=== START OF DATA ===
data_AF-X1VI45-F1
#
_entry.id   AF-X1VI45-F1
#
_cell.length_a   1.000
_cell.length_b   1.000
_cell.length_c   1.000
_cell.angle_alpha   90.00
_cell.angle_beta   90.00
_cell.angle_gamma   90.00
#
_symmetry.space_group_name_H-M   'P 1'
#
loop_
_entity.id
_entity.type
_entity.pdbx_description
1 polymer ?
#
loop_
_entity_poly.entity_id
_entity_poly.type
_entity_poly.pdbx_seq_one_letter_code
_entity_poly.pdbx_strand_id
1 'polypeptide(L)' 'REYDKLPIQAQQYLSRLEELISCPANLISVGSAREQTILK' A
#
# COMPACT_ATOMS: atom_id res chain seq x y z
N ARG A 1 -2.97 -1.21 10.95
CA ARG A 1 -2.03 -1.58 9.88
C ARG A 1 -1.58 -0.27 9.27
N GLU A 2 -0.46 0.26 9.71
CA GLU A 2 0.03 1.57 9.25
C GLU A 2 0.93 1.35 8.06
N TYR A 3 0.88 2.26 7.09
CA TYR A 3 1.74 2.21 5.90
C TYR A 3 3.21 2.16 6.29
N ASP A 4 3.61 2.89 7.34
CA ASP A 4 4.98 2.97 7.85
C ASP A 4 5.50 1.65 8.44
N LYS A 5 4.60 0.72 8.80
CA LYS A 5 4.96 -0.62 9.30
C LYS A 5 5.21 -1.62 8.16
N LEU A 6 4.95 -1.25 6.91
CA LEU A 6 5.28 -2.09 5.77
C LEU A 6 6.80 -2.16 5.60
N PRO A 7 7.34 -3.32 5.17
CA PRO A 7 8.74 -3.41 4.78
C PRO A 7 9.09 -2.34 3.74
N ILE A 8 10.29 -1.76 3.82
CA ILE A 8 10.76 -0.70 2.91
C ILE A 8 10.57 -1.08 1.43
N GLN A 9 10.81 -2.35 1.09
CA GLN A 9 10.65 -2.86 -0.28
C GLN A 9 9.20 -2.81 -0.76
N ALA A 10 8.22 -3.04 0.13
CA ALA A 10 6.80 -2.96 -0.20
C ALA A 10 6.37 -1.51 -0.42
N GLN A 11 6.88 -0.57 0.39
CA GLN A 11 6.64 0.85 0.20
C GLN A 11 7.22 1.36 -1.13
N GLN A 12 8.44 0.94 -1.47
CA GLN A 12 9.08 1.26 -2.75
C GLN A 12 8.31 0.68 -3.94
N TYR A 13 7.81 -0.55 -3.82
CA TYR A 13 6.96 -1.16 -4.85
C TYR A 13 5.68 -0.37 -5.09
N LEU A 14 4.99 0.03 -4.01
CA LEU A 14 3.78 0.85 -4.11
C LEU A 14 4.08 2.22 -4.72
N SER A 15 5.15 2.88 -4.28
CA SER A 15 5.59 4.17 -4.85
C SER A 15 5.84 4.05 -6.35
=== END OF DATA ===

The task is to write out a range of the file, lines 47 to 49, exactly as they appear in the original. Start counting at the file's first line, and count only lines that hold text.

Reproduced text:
CA PRO A 7 8.74 -3.41 4.78
C PRO A 7 9.09 -2.34 3.74
N ILE A 8 10.29 -1.76 3.82